Carlos D Offutt

Indiana University Bloomington, Bloomington, Indiana, United States

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Publications (2)9.21 Total impact

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    ABSTRACT: In vertebrates, specific regions of skin crucial for interaction with and manipulation of elements in the environment are characterized by specialized epidermis. Regions of specialized epidermis show distinct patterns of cellular differentiation and express specific keratins that provide an increased ability to withstand mechanical strain. The nipple, which must endure the mechanical strain of nursing, is a type of specialized epidermis. The entire ventral skin of the keratin 14 promoter driven PTHrP mouse provides a model for nipple development. To identify novel markers for this specialized epidermis, we have used two-dimensional (2-D) gels, mass spectrometric protein identification, Western blotting and immunohistochemistry to compare intermediate filament preparations from the nipple-like K14-PTHrP ventral skin to that of wild-type littermates. We identified 64 spots on 2-D gels that were increased in expression in the nipple-like skin of the female K14-PTHrP mouse and 11 spots that were elevated in the wild type. Microsequencing suggested that K17 and epiplakin were among the proteins with the greatest increase in expression in the K14-PTHrP ventral skin. Using Western blots and immunohistochemistry, we evaluated the expression of these proteins as well as K6 in the wild-type nipple, K14-PTHrP ventral skin and wild-type ventral skin. In addition, we found that the expression of K6 was minimally changed in the pregnant and lactating nipple, but the expression of a previously identified marker, K2e, was reduced during lactation. Using a model of the mechanical strain induced by nursing, we found that K2e but not K6 expression was responsive to this condition. The identification of epidermal markers and their expression patterns will provide insight into the cellular differentiation patterns of the nipple and the underlying epidermal-mesenchymal interactions that direct this differentiation.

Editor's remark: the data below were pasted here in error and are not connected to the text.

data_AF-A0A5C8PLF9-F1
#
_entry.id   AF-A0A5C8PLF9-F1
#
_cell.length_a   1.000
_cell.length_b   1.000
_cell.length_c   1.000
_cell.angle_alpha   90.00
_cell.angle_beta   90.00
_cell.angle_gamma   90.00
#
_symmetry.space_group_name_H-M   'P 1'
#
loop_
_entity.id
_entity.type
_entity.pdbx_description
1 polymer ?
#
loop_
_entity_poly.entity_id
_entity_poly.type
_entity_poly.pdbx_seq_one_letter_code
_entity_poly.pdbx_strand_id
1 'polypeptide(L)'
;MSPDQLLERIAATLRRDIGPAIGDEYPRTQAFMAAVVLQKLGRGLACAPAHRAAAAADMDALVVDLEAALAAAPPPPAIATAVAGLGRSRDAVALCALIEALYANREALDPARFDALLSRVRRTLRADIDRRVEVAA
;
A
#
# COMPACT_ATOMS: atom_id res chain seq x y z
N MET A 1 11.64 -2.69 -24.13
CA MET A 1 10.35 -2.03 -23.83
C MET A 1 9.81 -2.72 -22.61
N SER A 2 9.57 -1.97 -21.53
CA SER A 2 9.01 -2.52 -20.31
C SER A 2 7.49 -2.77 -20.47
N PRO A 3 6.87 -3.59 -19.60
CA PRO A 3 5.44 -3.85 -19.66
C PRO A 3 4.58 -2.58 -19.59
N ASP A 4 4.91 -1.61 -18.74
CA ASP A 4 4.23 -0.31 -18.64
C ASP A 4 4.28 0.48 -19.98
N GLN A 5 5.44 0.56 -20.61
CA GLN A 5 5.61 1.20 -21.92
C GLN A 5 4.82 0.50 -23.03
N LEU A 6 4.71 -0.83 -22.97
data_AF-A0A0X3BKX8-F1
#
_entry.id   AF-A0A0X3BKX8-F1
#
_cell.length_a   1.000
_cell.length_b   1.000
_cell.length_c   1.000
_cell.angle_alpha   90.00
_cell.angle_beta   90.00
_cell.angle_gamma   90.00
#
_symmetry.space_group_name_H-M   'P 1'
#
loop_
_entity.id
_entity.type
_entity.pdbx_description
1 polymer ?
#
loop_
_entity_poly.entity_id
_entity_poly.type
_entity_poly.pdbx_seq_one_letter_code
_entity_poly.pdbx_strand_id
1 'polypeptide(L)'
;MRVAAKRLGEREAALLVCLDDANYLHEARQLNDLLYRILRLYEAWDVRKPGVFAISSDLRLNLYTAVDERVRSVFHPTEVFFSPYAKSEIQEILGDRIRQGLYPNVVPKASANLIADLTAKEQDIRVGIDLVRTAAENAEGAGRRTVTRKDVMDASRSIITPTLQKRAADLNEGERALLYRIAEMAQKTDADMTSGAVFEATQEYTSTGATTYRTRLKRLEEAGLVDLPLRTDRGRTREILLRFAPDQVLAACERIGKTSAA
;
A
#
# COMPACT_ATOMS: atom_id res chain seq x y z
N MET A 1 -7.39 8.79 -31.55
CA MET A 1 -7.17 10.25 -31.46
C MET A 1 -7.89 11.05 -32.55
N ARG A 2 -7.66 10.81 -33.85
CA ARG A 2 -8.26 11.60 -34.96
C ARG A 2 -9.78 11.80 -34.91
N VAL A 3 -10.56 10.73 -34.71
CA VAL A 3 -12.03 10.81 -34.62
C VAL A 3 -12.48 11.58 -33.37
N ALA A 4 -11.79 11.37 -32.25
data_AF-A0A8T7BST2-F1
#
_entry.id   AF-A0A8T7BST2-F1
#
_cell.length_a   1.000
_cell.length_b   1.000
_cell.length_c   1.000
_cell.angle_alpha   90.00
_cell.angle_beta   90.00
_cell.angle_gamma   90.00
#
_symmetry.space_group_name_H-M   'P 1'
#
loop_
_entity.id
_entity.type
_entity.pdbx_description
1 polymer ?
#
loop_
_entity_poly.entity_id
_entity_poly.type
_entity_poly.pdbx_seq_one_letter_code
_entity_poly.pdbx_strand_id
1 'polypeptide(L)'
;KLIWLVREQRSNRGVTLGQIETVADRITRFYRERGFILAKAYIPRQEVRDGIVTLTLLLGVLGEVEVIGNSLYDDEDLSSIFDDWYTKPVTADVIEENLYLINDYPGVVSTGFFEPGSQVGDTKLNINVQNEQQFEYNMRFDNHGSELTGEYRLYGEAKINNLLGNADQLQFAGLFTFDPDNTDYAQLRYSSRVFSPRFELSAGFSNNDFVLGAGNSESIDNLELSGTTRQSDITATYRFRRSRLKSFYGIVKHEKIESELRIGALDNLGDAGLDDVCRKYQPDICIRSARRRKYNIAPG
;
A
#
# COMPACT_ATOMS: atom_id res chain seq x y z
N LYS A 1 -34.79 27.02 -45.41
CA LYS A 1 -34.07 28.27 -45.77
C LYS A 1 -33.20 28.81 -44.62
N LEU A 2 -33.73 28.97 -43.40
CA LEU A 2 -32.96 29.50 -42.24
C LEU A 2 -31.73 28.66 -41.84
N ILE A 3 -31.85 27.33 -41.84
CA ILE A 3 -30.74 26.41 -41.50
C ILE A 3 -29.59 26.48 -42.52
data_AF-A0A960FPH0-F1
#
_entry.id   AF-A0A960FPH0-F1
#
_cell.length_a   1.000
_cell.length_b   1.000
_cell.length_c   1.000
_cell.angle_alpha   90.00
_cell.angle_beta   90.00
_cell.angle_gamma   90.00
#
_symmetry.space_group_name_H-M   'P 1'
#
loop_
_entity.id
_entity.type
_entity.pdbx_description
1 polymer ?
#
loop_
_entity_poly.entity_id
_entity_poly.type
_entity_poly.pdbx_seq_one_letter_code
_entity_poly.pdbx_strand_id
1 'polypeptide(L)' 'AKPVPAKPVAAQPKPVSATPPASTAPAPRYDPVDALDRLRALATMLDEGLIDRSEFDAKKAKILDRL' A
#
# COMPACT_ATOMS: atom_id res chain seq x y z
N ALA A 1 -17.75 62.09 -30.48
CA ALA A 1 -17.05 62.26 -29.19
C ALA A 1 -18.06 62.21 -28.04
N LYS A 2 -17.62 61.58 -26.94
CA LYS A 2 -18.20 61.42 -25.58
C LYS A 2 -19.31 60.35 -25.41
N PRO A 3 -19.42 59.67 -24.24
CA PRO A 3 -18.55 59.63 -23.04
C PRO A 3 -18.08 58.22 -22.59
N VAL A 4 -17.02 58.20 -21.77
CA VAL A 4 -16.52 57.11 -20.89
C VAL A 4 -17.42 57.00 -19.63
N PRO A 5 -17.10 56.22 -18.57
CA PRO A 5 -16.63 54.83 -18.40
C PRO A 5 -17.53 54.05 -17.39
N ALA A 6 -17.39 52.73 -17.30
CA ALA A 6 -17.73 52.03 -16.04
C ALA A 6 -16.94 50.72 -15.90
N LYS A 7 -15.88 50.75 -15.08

Differentiation 02/2007; 75(1):75-83. · 2.84 Impact Factor
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    ABSTRACT: In developing organs, parathyroid hormone (PTH)/parathyroid hormone-related protein (PTHrP) receptor (PPR) signaling inhibits proliferation and differentiation of mesenchyme-derived cell types resulting in control of morphogenic events. Previous studies using PPR agonists and antagonists as well as transgenic overexpression of the PPR ligand PTHrP have suggested that this ligand receptor combination might regulate the anagen to catagen transition of the hair cycle. To further understand the precise role of PTHrP and the PPR in the hair cycle, we have evaluated hair growth in the traditional K14-PTHrP (KrP) and an inducible bitransgenic PTHrP mice. High levels of PTHrP trangene expression limited to the adult hair cycle resulted in the production of shorter hair shafts. Morphometric analysis indicated that reduced proliferation in the matrix preceded the appearance of thinner hair follicles and shafts during late anagen. CD31 staining revealed that the late anagen hair follicles of the KrP mice were surrounded by reduced numbers of smaller diameter capillaries as compared to controls. Moreover, the fetal skins of the PTHrP and PPR knockouts (KOs) had reciprocal increases in the length, diameter, and density of capillaries. Finally, crossing the KrP transgene onto a thrombospondin-1 KO background reversed the vascular changes as well as the delayed catagen exhibited by these mice. Taken together, these findings suggest that PTHrP's influence on the hair cycle is mediated in part by its effects on angiogenesis.
    Journal of Investigative Dermatology 10/2006; 126(9):2127-34. · 6.37 Impact Factor